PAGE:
“We advance by approximation and division but things aren’t really like that, they are scattered across a single space. There is no dividing line between city, countryside, suburbs and landscape. They are all one; it’s all the same space. What we call reality is no different from what we call dream, when you can be in Rome, in a lion’s mouth and in a wood. We are the ones who think that a dream is unreal and reality is real but, in essence, it is not like that at all. The separation is a flaw in the way we perceive the world, whereas everything is fluid and flowing.” Franco Arminio is a poet and a film director, very unlike Descartes and very like Bergson. Or, rather, the Salvador Dalí of the Birth of Liquid Desires. This is why Arminio sees all Western culture, and the Italian one in particular, not as an experience broken up into cities, landscapes, hills and masses but as a continuum of space and time that constitutes the matrix of experience and the compass of life. Hence the category of catastrophes, which corresponds to those of places violated all over but particularly so in Italy. “The recent cult of Matera is not just down to marketing. It is payback for the archaic and the aura which is, unfortunately, being lost in Sicily. There, the experience of a place is increasingly more like that of Rome, Milan or Settimo Torinese than of certain parts of Basilicata and Calabria.” Arminio feels that behind the downfall lies a fatal anthropological mutation which has produced a crazy economic drive.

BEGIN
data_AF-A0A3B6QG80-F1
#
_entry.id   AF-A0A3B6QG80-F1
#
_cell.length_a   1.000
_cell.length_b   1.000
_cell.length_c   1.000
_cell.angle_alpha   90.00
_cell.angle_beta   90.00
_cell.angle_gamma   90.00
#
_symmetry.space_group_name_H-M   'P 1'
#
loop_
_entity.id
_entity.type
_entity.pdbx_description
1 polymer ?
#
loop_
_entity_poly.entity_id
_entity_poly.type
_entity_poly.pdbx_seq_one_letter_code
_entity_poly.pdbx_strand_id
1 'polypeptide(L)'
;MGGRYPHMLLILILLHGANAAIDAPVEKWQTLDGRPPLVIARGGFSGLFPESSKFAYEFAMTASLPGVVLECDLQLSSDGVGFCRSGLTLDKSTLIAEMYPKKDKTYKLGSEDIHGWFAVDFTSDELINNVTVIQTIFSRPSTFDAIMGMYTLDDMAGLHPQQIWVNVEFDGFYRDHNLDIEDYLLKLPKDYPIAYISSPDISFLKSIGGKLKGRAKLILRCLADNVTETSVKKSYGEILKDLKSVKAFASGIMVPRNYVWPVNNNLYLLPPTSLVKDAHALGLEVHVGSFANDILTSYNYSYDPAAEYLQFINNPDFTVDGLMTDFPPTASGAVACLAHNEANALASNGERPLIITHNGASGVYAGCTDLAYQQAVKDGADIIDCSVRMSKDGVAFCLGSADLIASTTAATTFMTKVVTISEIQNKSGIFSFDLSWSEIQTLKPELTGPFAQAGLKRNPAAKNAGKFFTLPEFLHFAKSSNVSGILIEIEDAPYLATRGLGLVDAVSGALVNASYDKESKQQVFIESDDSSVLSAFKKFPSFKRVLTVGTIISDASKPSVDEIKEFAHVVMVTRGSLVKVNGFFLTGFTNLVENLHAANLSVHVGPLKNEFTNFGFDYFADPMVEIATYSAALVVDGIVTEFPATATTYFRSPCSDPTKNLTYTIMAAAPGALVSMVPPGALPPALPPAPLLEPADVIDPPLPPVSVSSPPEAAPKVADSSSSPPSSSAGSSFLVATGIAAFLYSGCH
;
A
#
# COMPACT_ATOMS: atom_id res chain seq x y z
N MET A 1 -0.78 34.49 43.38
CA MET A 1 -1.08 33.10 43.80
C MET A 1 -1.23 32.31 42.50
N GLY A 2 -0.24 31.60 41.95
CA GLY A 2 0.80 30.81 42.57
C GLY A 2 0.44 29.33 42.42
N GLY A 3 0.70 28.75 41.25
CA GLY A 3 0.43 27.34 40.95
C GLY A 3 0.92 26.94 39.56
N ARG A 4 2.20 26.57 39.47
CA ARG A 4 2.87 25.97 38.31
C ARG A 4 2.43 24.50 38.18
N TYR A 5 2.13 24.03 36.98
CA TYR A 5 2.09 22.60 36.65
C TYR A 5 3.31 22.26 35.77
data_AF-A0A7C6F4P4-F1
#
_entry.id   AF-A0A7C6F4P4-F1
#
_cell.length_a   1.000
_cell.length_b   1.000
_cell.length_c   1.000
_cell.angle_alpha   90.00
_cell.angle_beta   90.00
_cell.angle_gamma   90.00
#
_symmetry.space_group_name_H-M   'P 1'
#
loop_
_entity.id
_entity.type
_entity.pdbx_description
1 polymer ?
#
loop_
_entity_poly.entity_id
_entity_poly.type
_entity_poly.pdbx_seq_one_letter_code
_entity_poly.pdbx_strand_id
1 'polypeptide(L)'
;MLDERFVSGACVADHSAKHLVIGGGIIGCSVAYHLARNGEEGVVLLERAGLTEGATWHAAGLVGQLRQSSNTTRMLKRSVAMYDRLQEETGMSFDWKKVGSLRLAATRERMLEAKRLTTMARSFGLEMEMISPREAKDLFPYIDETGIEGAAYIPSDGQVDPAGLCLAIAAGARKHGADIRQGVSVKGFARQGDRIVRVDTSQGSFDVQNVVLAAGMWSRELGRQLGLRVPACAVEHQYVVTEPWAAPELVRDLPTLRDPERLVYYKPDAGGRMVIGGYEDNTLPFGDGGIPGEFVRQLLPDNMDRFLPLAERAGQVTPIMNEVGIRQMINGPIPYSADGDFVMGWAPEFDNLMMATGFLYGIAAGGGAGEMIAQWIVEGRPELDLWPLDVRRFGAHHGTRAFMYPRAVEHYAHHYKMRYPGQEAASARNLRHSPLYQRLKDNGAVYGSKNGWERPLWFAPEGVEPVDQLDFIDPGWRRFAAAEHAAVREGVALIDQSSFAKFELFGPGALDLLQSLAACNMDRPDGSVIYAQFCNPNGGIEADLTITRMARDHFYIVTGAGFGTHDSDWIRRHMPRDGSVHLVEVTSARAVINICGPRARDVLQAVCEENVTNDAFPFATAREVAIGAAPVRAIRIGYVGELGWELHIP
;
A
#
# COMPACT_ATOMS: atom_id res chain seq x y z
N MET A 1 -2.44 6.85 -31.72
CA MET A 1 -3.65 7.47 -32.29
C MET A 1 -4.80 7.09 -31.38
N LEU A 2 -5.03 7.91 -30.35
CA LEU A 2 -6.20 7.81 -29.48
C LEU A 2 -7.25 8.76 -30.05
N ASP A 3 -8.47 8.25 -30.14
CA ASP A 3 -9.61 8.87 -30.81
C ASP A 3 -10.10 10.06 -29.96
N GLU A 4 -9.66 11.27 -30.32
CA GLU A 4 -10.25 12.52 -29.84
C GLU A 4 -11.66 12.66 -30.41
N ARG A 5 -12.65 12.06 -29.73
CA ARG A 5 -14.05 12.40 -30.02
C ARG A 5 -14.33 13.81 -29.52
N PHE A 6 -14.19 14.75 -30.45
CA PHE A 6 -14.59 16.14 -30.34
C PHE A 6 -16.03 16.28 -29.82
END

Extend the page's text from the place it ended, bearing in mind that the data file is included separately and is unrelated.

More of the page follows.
“Most of all there is a cultural error, the sense of the backward town to be ashamed of compared with the cities, especially the medium-sized ones that no longer use towns as their benchmark. Today, Avellino looks to Naples and Foggia looks to Bari just as, perhaps, Lyon looks to Paris and Manchester envies London. The problem today is simply this: if a place is to be beautiful and attractive it must resemble London, it must promise London. London is beautiful because it is London just as Catanzaro is beautiful because it is Catanzaro. We have to revert to our childhood: your mother is beautiful for who she is, not because she looks like Monica Bellucci.” Arminio believes that progress as we have known it is very dangerous, not just because it only creates income for some of the people but most importantly “because it damages the health of places, even when there is investment. This does not mean we should stand still but we have to understand that the needs of Catania cannot be the same as those of Mumbai. The squares and pavements of Isernia will always have to be different from those of Imperia.”
Franco Arminio (Bisaccia, Avellino, 1960) is an Italian poet, writer and film director.He calls himself a paesologo who is a documentary-maker and champion of civil rights. His latest books include Cedi la strada agli alberi. Poesie d’amore e di terra (Chiarelettere, 2017), Resteranno i canti (Bompiani, 2018) and Vento forte tra Lacedonia e Candela. Esercizi di paesologia (Laterza, 2018)